, Volume 14, Issue 6, pp 365-366
Date: 02 Dec 2003

The use and misuse of prosthetic materials in reconstructive pelvic surgery: does the evidence support our surgical practice?

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The last 50 years of female urology and reconstructive pelvic surgery have seen many great ideas but few real innovations that have survived the test of time. The Marshall–Marchetti–Krantz procedure, fascial slings, bulking agents and tension-free slings are some examples of surgical innovations that have improved the care of affected patients. Other ideas – bone anchors come to mind – will probably not provide the results their inventors had hoped. Many surgeons like to try new techniques, and under certain circumstances they should be encouraged to do so. However, we need to step back occasionally and examine the evidence of what we do; without periodic reassessment, we risk losing our way by using techniques that really may not be beneficial to our patients.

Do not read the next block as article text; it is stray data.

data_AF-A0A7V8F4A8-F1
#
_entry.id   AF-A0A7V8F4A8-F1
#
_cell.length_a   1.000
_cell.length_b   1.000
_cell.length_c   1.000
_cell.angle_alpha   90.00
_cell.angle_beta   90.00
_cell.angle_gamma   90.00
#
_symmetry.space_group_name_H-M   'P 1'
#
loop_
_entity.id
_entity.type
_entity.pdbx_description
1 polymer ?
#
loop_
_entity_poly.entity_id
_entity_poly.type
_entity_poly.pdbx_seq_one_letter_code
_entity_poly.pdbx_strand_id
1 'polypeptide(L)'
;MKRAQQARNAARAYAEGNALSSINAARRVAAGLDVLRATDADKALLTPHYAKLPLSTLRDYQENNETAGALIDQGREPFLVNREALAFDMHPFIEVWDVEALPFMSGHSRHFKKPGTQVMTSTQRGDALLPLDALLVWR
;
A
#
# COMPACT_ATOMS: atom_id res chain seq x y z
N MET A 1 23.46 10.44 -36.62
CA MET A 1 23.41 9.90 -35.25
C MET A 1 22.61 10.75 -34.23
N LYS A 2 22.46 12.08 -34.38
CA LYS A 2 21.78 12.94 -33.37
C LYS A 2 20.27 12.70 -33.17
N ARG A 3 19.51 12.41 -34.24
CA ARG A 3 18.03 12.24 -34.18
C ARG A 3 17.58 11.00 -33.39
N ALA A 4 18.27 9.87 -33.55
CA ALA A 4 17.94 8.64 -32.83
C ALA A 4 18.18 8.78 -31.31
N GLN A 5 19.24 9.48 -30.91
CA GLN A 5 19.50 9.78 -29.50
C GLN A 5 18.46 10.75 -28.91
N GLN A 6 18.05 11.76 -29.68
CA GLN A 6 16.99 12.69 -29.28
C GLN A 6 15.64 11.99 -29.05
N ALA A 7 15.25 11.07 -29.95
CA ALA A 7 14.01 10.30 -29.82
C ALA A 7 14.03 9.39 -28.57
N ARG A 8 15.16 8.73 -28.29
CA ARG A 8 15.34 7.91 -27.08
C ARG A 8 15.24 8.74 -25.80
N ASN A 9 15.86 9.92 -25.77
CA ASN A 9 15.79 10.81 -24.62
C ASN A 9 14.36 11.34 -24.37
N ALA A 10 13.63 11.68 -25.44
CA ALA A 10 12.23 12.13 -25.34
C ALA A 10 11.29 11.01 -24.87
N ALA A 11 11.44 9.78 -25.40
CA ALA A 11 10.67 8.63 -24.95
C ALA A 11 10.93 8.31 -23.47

Let us examine the common use of various synthetic and biologic prosthetic materials in pelvic reconstruction. Will some of these materials become lasting surgical innovations, or are they destined to go the way of the bead-chain ...